saintpeta Wed 18-Mar-09 19:13:37

Thanks everyone, just want to say he doesn't stop me from socialising at all - he does stay with the kids (he doesn't go out!) and so most would say I've got it cushy but I find it lonely to be in a relationship where he cannot even "do it for me" or is that too selfish ? I don't know anymore

SenorToucan Wed 18-Mar-09 19:15:55

it must be pretty embarassing though to have to make excuses for your husband all the time, if mine was liek that id say that I dont like doing a LOT of things but I do it so my kids can see normal functioning relationships , not that their dad opted out of the bits he didnt like, tough shit!

piscesmoon Wed 18-Mar-09 19:26:14

I wouldn't make excuses-just say that he isn't very sociable but you and the DCs would love to go.

SenorToucan Wed 18-Mar-09 19:34:36

But thats like how you would treat a child. tell him to buck up and be part of your life or piss off

piscesmoon Wed 18-Mar-09 19:43:55

It all depends how much OP loves him SenorToucan-she may not want to part. I think she should try ignoring him and doing her own thing and then reviewing how she feels about it at the end of the summer or end of the year.

2rebecca Wed 18-Mar-09 20:38:55

Why is going to social events you don't like part of a normal functioning relationship? I don't get this. I have some similar hobbies to my bloke and some different ones. We do the different ones alone. It sounds as though socialising is a hobby for saintpeta. Why should her husband be forced to socialise just because he is married to her? What harm does it do anyone by him not going? Why should people have to do nonessential things they don't like? We only have 1 life.
Why is socialising considered a better and more "adult" choice than staying at home?
Saintpeta telling her bloke to "buck up and be part of her life" is as unreasonable as him telling her to " stay in and be part of my life"
Both are very selfish controlling attitudes.

flibertygibet Wed 18-Mar-09 20:51:27

My dh is incredibly unsociable, even though he's got loads of friends, he just doesn't want to go out! After 15 years, I accept that. It used to bother me, but I think in a relationship you just have to accept that not everyone is the same. Mine just does not like groups of people where he doesn't know anyone. The school quiz night is his idea of a nightmare! Camping for the weekend with a bunch of people he doesn't know? No way! It irks me sometimes and makes me sad but on the other hand, he's a good husband and father and that's just his personality. I just go ahead and make plans anyway. I don't make excuses for him anymore, I just tell people he is just not good with crowds. I've also stopped feeling like it's a reflection on me.

ps. this 'phobia' extends to going to visit my family abroad!

frumpygrumpy Wed 18-Mar-09 20:57:13

My DP didn't tell me to change. He loves me. We do compromise and I would hope that, in a calm moment you can talk about it and find a compromise. As I said, I think its important that you stay on the same side and be united. You need to understand, he needs to understand. No-one needs to fight.

IMHO, its wrong to set down rules and attempt to force someone to follow them. Very Hitler. My DP accepts me and also I accept that I must make some compromises. Its just finding a balance. Your DH is not wrong and he's not odd. I'm not odd. I know my own mind, I am very strong, I hate chit chat, I hate wasting my time talking polity conversation (I'd rather eat my own legs).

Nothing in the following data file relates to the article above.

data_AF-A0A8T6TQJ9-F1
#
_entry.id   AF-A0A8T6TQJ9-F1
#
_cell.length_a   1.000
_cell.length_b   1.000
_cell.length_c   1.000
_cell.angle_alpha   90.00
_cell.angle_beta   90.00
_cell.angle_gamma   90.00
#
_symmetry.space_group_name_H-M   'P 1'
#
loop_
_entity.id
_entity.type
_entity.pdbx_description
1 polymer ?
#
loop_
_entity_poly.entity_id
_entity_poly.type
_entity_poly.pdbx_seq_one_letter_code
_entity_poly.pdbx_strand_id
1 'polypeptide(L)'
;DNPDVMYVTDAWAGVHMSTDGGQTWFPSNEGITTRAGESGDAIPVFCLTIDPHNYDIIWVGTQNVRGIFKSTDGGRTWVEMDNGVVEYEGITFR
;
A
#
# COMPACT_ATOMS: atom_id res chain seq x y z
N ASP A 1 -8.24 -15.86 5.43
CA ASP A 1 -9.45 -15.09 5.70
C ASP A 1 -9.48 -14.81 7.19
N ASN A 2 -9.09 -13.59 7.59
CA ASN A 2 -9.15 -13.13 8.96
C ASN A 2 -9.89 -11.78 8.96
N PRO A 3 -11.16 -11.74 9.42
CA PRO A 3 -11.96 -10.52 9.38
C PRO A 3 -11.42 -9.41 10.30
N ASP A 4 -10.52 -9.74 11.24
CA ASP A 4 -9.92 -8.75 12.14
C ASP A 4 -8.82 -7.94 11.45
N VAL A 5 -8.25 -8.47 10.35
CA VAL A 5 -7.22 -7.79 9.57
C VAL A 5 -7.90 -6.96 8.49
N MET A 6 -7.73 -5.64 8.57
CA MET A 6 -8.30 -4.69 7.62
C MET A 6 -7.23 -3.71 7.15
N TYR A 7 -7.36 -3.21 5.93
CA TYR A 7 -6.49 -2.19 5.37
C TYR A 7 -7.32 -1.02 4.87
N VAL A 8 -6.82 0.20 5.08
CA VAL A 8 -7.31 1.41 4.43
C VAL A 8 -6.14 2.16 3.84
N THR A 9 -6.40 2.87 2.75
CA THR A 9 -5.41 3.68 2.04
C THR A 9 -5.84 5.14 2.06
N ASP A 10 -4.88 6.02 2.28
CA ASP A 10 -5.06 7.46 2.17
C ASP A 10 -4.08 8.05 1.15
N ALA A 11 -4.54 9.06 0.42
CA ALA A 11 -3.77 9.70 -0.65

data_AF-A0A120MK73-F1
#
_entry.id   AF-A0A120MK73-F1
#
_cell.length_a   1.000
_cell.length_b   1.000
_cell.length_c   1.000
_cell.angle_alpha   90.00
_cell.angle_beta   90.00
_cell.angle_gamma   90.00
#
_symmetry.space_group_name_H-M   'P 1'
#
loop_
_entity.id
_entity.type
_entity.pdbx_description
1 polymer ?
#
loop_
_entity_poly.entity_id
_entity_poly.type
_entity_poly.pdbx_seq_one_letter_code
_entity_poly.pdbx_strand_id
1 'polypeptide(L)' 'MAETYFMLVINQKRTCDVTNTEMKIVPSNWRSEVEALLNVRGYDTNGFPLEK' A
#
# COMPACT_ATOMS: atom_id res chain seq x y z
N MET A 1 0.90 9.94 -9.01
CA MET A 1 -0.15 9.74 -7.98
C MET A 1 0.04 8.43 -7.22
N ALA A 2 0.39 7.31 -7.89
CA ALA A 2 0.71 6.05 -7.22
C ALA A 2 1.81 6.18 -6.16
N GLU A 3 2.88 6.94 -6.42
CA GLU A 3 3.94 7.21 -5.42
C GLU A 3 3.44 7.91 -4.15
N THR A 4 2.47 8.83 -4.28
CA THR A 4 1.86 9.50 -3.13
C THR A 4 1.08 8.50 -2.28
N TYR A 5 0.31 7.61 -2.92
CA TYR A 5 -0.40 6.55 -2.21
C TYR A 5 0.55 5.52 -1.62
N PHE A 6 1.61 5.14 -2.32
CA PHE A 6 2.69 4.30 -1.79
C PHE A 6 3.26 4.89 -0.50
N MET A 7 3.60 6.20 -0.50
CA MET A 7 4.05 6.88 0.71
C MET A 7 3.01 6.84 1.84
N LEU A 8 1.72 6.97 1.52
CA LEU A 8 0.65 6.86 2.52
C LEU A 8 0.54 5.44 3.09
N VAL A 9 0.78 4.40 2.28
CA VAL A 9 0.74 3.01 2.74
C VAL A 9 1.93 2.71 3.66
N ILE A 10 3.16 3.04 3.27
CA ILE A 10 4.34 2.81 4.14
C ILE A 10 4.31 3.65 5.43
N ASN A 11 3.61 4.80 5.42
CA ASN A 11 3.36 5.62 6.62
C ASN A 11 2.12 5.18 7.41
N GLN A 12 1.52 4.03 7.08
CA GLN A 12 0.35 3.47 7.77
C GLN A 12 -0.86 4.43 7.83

Do you love him otherwise?
Is he a good husband and father otherwise?
Is he someone you want to spend all your married life with otherwise?

If the answer is yes, then you have your answer. You carry on socialising without him and accept him on his terms.

frumpygrumpy Wed 18-Mar-09 20:59:57

And I do have to be more open and out there now we have school and all its threads.......but that is also because I am the main child carer.

ShyTalk Wed 18-Mar-09 21:02:20

My DH is unsocial. I knew it when I married him. He really just wants us, our close family and a few nice friends. I could give him a really hard time and MAKE him socialise. I could also do that to DS, who is similarly inclined. To do it to DH or DS would be cruel and against their nature. I would hate it if they tried to make me act against my nature.

tigerdriver Wed 18-Mar-09 21:05:57

Agree with you, ShyTalk. My DH doesn't like some socialising, is ok with others - if i want to go, I do so, and we have got out of the routine where he'd say he'd go then have a "headache" five minutes before we were due to set out (gggrrr). Now I just say "you can come if you'd like to" and leave it at that, make arrangements for me only. I do what I want though!

beansontoast Wed 18-Mar-09 21:12:21

no help i am afriad,as i am in precisely the same situation.

knowing the facts doesnt help me to sometimes a)not feel lonely b)fantasise about having a partner who wanted to share some good times with my dearest friends....aswell as share himself iykwim.

i do get on with it...and most of the time it is more than ok...but it is a draaaag.

It isn't really unreasonable for her to expect him to make an effort maybe two or three times a year: everyone occasionally has to put up with being bored to death by an event but attending it because it is important to someone you care about. Of course her sociability isn't necessarily 'better' than his unsociability, but if she is prepared to compromise by leaving him at home, without nagging or criticising him, most of the time, then he should equaly be prepared to compromise by attending social events now and again and, when he does, being polite rather than whining all the way there and all the way back, or agreeing to go and then having a strategic attack of explosive diarrhoea minutes before its's time to leave.

ShyTalk Wed 18-Mar-09 21:57:04

If he has explosive diarrhoea, then he just has it. Maybe it's a nervous thing. I do fail to accept that the explosive sort of the shits can be "strategic". It is difficult to fake that level of splatter.

ADealingMummy Wed 18-Mar-09 22:24:26

My DH is exactly like this too . My old friends have got used to his ways (and don't like it) , but a few new ones have have tried to get to know him by inviting us to various places , I smile and say , sure i'll speak to DH (knowing inwardly he would just laugh , and say ''No way'').